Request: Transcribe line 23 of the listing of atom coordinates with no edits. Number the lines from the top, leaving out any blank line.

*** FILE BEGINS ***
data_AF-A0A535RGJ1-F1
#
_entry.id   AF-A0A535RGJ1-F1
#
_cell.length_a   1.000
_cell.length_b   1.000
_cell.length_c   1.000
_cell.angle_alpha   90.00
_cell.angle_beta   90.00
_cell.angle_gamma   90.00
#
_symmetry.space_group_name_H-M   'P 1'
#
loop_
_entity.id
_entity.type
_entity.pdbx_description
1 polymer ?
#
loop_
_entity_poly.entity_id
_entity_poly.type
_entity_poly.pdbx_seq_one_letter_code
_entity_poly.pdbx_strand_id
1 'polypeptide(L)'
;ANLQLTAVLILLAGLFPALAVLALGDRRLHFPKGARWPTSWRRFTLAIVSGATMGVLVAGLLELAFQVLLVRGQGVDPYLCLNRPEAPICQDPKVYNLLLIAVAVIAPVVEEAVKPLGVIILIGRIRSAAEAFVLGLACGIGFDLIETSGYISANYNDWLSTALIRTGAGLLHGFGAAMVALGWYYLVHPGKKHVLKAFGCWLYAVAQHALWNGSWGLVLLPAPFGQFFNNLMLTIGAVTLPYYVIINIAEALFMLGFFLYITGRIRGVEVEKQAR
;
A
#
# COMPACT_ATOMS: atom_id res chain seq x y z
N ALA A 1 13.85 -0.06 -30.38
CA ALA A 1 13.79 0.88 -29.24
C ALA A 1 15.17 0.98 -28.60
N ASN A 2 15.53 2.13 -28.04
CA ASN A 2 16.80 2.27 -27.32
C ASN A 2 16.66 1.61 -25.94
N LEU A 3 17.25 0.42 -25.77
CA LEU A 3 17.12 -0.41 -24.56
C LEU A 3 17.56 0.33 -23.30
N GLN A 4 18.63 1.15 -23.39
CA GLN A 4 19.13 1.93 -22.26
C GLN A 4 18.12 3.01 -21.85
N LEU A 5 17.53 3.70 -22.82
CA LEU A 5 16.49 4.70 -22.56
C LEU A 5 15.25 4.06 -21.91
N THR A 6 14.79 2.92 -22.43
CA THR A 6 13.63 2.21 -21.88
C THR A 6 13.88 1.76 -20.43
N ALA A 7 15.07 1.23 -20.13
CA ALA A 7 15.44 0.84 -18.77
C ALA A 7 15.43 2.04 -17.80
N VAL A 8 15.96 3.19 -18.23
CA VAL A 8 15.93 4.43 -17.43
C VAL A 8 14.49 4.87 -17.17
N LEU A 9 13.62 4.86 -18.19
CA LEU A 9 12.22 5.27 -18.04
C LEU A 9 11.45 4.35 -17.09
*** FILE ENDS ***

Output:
_entity_poly.pdbx_seq_one_letter_code